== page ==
Carlton native Brittany Peterson was high in California’s Sierra Nevada Mountains on June 29 in the beginning stages of the Western States Endurance Run, a prestigious and exclusive 100-mile ultramarathon.
Running in third place, Peterson was concerned she had gone out too fast in the race, where temperatures in the latter stages can reach 120 degrees.
The race features a number of technical obstacles throughout the course, which means there is little or no trail and features challenges like snow and ice in the higher elevations, steep descents, boulders and even roots — all of which can cause slow runners down or cause injuries.
“I was in third fairly early in the race and there are 20 different women that could have won that race,” she said. “I was afraid that starting out in third that I was going too fast too early, but I was feeling good about how I was running and what my body was telling me at that point.”
During the 2019 race, however, the famed heat of the race never materialized, with highs reaching only the mid-80s.
“I had been training for over 100-degree temperatures and thankfully, it was actually a cool day, which was leading to course records being broken on the men’s side and fast times on the women’s side,” Peterson said. “It’s really who takes care of themselves the best and doesn’t blow up and suffer at the end of a hundred miles that wins.”
Peterson completed the race in 17 hours, 34 minutes and 29 seconds, finishing second overall.
It was Peterson’s first attempt at Western States, a race that caps the number of runners at 369. Many runners spend years hoping to get a spot through the race’s lottery system, but the race offer a “Golden Ticket” to each of the top two male and female finishers of five races earlier in the year. Peterson grabbed a coveted Golden Ticket by winning Texas' Bandera 100K race in January, finishing in 9:26:59.
Peterson, a 2004 graduate of Carlton, credits Vern Johnsen — her cross-country and track coach for the Bulldogs — with teaching her to enjoy the technical aspects of off-trail running.
“Technical running is just part of what we grew up doing in Carlton. I think the big thing is that when I was in high school we ran through Jay Cooke State Park all of the time,” Peterson said. “That framed me nicely for the running that I do now even though there aren’t any big mountains in Minnesota. Technical running is just part of what we grew up doing in Carlton.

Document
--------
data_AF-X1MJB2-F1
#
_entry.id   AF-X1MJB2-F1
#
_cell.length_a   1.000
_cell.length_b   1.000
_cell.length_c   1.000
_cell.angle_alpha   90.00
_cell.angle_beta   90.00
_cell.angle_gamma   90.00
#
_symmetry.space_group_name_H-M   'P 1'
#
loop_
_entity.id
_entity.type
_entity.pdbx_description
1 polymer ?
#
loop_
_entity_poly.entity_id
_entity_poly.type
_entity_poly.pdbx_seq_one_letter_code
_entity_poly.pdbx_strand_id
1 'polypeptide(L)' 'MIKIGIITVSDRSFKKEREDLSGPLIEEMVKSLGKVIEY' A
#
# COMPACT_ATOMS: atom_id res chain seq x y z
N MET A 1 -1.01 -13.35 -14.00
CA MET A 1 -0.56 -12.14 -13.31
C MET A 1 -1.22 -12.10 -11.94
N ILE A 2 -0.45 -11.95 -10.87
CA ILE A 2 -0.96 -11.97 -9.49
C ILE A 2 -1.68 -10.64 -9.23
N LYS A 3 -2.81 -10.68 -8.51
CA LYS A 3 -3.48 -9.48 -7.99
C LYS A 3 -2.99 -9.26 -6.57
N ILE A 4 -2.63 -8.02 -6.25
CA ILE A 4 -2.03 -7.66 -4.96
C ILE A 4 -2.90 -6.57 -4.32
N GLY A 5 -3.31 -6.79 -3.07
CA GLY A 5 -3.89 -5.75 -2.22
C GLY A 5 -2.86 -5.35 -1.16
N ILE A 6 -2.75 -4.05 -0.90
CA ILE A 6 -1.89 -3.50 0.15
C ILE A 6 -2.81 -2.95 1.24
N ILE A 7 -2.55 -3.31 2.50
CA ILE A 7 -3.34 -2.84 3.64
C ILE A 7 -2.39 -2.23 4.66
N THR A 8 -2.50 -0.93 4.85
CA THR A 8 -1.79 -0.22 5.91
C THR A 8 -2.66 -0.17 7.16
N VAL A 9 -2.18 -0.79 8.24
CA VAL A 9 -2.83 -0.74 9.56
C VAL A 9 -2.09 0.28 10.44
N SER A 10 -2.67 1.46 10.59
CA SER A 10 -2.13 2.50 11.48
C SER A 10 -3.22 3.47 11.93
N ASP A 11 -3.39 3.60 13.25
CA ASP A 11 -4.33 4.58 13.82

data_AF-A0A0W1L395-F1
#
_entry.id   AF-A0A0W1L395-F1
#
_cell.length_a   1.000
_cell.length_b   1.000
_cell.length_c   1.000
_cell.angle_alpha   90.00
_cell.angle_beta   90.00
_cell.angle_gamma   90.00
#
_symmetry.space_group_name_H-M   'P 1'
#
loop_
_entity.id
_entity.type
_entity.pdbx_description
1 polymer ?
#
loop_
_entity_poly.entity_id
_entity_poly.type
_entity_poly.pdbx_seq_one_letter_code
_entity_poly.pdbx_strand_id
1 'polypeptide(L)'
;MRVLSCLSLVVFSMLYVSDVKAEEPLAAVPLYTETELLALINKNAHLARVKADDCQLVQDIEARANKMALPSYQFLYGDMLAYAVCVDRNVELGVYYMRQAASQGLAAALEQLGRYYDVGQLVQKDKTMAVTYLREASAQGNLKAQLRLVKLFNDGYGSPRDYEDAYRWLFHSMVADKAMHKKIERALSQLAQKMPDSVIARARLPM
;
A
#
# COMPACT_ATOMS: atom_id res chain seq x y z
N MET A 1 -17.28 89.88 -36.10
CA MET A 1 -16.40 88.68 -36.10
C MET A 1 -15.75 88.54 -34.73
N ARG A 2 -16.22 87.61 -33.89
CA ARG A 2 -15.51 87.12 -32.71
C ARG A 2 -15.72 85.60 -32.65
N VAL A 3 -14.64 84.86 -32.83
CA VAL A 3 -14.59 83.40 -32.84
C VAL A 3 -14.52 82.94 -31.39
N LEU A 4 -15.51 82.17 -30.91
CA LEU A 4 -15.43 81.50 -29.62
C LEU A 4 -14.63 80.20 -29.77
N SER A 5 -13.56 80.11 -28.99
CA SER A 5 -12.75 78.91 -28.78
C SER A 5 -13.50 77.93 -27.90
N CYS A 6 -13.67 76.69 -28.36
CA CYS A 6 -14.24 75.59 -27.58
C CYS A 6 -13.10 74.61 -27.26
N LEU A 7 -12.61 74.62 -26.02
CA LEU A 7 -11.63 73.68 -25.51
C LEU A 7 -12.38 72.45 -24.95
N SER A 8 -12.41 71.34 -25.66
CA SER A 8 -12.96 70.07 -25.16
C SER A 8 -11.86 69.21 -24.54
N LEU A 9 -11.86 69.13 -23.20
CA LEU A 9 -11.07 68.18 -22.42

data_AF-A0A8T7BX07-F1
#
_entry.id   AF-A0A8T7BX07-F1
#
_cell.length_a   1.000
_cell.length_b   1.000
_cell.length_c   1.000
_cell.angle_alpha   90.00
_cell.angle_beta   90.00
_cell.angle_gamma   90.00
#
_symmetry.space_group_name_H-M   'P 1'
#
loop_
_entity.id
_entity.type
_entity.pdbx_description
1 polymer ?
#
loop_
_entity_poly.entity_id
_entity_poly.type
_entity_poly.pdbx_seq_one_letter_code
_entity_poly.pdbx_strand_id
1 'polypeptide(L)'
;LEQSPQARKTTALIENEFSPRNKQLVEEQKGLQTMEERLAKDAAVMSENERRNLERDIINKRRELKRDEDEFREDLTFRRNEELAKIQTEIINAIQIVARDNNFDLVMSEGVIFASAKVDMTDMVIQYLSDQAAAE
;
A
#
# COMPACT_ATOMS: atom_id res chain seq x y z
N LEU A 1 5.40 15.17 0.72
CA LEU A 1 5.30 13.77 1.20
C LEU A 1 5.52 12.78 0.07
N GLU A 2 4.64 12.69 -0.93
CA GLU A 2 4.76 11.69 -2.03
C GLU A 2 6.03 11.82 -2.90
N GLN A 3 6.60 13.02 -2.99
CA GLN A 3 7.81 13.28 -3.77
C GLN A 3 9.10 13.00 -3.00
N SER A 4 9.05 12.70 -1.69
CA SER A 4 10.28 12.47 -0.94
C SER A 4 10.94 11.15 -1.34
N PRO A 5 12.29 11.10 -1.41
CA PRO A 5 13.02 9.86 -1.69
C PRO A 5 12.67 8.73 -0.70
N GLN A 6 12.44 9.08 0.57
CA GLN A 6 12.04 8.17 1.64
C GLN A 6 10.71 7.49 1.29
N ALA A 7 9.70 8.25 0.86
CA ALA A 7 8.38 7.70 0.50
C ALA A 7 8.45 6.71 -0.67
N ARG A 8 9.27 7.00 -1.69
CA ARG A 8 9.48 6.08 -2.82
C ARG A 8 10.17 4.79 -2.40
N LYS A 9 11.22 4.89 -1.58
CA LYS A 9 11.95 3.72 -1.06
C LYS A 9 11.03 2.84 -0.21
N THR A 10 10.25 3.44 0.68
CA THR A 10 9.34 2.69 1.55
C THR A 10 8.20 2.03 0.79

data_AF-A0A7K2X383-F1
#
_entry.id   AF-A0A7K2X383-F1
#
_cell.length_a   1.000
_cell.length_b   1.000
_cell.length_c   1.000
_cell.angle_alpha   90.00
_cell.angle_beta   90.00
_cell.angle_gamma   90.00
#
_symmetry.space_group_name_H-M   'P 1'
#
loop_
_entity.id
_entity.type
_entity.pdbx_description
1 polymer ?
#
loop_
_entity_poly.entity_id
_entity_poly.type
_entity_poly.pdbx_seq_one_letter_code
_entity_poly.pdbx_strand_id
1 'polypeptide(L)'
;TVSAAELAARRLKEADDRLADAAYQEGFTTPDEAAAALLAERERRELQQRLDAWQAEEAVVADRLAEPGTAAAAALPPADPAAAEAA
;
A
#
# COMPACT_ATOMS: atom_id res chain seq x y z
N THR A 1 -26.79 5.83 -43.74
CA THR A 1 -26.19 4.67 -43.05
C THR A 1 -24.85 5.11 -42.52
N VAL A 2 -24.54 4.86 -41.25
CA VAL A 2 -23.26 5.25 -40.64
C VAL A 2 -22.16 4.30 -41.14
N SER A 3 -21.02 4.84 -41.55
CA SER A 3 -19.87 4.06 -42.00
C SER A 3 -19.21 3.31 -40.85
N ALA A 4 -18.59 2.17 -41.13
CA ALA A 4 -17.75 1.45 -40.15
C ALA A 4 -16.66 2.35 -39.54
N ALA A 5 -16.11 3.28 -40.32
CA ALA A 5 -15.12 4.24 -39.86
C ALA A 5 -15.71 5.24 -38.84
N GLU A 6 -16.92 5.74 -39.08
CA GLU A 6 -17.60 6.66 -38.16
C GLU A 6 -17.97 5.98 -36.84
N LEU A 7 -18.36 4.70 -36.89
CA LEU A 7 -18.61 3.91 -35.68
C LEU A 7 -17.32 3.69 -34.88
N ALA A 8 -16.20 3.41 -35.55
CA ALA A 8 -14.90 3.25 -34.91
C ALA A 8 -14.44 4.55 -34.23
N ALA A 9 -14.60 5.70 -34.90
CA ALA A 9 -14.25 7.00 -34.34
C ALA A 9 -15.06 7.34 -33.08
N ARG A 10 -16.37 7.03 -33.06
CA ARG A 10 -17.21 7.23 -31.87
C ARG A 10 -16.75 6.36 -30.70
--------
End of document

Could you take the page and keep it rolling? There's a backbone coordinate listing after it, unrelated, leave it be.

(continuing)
"That’s why I attribute so much to Vern," Peterson said. "Our long Saturday runs we would run up a creek bed and wade through waist-deep water. We had some gravel pits nearby and we would climb to the top for some of our hill workouts. You are getting a phenomenal workout in, but you’re doing something fun.”
She first ran Grandma’s Marathon as a 17-year-old and competed with the track and cross-country teams while attending the College of St. Scholastica in Duluth.
“I feel like that helped me always keep mileage up and then doing the marathon younger kind of helped me see beyond cross-country and track distances,” she said. “Once I finished college, I think it was just the timing that trail running started to become really popular.”
Peterson’s success in the past couple years, including a third-place finish in the World Skyrunner series and a win at the Pirin Ultra 66K race in 2018, earned her a sponsorship from Nike Trails.
She now lives and trains in Pocatello, Idaho, with her boyfriend, Cody Lind, and her coach — and Cody’s father — Paul Lind.
Peterson is also an occupational therapist who teaches in the associate degree program at Idaho State University. She said she typically runs 60-70 miles per week, and increases to 100 miles per week when training for longer races like Western States.
“I’ve been in academics for a year now, and I made that move because I do run professionally, but I do have a career on top of that,” she said. “Academics is super flexible and they are very willing to accommodate my travel schedule for the racing season.”
The Nike sponsorship, along with breaks the academic field provides, have allowed Peterson to travel all over the world. She’s run in the Scottish Highlands, the Italian Alps and in extreme northern Norway as part of the World Skyrunning series.
Peterson and Cody are also trying to promote skyrunning — technical trail running at an elevation above 6,600 feet — with a camp in August in Idaho.
“In technical running, I think about trails that aren’t so buffed out,” she said. “There are creek crossings, boulder fields and other things that make it more challenging. Living in Idaho, I am excited to get people to the camps to explore their own backyard. There are things that you can do to build skills and be more confident running in the outdoors.
"Running off-trail is about gaining confidence, whether it is power hiking, hopping on rocks across a river or running down a rocky hill," Peterson said.